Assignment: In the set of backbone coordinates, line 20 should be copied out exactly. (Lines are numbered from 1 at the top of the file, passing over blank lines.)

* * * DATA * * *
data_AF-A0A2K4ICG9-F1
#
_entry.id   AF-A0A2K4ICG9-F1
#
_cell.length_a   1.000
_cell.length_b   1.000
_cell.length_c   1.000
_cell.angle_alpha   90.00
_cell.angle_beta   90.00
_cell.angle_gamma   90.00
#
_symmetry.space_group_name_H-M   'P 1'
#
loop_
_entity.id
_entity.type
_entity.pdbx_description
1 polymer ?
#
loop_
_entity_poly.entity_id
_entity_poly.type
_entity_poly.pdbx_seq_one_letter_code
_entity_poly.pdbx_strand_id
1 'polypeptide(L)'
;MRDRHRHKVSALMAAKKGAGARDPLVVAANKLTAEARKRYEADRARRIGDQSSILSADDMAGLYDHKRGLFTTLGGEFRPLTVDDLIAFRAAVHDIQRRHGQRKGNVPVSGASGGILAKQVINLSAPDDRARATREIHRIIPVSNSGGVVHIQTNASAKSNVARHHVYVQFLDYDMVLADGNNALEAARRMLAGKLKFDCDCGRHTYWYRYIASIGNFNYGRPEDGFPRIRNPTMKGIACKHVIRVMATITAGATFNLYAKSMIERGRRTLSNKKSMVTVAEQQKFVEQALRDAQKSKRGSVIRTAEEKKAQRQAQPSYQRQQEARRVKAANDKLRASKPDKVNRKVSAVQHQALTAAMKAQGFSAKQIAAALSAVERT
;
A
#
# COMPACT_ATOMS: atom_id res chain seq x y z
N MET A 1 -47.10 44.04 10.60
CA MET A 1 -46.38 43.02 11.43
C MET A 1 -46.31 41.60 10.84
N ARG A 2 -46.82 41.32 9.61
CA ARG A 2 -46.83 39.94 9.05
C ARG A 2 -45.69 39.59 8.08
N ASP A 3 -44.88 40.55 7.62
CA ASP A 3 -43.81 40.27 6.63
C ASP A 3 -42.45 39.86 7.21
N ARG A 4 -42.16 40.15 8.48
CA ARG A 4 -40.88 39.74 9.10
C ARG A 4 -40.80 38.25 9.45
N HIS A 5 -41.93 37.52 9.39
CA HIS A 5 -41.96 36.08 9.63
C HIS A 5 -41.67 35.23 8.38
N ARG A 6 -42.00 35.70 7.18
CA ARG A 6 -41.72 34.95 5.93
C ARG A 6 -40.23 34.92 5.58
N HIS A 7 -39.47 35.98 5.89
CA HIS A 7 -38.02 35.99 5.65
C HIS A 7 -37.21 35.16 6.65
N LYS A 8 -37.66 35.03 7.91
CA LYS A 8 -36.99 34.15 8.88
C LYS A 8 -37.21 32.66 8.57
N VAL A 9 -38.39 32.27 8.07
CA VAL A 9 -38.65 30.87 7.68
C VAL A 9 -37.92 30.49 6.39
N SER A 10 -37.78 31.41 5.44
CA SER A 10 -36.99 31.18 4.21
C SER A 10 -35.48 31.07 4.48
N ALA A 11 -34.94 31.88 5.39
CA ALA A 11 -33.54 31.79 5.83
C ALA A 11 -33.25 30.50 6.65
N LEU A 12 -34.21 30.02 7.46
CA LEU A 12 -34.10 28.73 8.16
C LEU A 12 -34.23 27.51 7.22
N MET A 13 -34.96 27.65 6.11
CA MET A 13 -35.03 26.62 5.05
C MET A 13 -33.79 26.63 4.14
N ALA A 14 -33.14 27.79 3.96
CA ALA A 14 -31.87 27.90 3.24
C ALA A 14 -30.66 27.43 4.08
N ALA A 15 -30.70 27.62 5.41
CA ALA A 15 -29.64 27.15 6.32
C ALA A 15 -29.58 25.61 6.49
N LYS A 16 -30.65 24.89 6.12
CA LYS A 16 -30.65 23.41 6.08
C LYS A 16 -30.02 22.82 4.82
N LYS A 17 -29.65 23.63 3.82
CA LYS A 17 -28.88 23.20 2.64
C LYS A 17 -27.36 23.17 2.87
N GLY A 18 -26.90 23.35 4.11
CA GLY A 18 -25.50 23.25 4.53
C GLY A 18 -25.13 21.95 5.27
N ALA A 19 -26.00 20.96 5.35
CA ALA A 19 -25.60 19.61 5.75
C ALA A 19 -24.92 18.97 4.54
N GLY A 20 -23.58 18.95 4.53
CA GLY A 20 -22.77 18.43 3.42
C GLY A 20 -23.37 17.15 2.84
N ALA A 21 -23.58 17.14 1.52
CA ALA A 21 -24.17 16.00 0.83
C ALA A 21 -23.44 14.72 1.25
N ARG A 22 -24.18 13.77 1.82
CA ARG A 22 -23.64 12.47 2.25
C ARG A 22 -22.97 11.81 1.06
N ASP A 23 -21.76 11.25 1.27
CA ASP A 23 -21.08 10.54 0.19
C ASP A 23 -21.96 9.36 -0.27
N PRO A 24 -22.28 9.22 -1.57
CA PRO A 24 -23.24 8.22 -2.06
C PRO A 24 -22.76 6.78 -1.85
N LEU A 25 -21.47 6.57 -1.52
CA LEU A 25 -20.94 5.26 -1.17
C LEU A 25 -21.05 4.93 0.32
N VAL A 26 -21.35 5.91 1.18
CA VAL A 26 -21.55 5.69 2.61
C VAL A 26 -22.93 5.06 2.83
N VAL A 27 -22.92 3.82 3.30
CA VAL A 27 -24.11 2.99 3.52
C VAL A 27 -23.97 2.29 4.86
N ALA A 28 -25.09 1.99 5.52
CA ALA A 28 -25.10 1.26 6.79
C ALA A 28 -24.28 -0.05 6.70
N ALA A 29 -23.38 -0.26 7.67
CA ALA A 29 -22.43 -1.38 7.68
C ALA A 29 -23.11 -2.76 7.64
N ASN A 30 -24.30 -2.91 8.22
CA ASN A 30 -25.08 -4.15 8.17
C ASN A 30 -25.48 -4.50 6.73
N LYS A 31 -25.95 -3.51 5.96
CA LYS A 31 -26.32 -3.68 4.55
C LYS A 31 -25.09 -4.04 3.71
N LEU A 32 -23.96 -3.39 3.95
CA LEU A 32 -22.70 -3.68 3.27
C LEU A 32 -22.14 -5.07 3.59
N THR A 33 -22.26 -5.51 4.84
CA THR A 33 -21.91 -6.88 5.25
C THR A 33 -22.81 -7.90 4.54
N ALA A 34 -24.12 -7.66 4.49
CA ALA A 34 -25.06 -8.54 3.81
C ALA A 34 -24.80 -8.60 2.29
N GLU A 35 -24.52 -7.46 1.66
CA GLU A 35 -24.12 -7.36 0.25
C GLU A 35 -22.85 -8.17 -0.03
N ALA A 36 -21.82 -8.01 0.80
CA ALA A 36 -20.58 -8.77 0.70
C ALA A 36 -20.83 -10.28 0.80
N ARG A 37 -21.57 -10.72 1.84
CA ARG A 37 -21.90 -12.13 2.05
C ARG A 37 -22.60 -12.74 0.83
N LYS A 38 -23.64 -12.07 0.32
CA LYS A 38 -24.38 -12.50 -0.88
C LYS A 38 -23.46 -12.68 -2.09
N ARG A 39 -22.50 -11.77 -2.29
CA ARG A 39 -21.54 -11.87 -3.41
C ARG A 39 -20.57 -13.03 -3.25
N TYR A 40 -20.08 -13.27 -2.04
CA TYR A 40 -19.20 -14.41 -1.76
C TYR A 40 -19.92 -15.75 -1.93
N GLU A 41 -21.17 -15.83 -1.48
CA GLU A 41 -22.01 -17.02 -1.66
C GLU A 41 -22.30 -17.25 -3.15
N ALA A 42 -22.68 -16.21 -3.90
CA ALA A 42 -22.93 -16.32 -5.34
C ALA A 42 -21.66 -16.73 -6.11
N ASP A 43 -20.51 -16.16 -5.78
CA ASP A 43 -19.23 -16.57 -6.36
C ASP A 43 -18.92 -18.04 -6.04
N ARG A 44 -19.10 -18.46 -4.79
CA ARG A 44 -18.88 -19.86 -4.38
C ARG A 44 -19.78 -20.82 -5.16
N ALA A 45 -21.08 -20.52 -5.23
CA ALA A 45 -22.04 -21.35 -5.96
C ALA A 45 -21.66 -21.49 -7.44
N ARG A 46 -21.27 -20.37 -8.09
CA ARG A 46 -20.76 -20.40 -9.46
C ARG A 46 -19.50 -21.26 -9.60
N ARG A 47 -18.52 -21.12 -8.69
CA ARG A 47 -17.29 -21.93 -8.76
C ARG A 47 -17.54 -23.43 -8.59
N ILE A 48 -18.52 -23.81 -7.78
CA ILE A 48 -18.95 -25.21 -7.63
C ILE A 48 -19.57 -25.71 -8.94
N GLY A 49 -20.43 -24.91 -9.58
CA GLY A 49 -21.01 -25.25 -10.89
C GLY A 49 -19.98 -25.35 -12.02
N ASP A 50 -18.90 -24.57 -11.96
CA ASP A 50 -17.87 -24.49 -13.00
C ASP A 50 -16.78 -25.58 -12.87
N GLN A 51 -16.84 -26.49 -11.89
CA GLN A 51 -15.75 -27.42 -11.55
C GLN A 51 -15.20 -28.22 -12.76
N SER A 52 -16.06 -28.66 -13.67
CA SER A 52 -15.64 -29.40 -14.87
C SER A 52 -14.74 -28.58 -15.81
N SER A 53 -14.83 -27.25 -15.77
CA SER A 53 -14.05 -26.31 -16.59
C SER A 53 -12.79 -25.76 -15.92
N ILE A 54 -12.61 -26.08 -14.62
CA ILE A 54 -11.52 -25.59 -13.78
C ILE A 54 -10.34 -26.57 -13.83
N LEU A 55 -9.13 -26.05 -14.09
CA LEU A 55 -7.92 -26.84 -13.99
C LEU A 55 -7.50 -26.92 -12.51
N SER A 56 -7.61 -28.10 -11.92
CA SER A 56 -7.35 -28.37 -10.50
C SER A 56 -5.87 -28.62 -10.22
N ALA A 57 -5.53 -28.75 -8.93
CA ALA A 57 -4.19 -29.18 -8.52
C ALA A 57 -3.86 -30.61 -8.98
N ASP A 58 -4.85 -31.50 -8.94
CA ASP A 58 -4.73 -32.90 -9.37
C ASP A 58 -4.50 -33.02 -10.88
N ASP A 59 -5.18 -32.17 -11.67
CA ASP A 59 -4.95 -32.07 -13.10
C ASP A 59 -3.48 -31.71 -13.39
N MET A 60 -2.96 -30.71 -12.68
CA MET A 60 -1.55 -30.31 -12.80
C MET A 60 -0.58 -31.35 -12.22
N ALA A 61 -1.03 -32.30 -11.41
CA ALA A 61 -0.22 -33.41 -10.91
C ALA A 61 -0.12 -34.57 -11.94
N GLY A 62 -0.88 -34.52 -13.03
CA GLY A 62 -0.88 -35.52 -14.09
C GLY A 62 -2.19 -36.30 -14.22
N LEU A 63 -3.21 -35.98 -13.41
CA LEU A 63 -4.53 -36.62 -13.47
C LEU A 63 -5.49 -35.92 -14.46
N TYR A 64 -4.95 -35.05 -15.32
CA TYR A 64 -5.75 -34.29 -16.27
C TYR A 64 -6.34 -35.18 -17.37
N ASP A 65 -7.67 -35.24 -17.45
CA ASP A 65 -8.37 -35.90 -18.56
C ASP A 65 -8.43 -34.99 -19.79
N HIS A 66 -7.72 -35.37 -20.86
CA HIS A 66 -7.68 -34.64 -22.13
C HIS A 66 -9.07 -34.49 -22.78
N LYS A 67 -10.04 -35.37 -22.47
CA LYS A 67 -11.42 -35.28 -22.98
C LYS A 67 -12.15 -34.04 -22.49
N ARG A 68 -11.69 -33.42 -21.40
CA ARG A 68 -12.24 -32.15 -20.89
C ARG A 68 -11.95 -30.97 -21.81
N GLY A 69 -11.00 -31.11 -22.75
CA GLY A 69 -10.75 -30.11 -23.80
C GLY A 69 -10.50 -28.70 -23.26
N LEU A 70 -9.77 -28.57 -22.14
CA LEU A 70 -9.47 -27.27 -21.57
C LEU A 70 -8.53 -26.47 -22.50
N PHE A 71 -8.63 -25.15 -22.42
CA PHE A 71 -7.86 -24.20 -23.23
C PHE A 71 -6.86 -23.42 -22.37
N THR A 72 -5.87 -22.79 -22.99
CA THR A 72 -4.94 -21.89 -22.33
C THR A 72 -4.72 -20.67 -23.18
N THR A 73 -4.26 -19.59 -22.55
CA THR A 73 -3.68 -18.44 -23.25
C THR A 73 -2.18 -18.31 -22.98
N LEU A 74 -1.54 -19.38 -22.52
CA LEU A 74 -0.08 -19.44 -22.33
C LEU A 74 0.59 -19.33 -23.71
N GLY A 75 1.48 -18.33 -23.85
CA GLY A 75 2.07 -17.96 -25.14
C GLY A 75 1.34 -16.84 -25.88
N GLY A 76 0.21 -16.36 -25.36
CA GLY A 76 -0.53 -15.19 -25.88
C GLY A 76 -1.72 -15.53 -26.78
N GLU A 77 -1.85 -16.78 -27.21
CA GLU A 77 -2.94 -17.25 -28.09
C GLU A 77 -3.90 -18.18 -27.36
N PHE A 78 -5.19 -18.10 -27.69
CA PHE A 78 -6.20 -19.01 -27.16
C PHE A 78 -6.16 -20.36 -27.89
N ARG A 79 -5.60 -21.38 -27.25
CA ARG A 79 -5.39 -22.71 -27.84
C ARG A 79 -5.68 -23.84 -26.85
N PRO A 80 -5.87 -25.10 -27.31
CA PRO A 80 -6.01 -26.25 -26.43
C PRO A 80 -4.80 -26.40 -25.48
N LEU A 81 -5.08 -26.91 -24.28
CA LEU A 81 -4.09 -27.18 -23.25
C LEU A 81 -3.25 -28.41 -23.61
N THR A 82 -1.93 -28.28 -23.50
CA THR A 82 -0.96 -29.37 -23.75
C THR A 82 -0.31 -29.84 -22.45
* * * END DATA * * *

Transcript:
loop_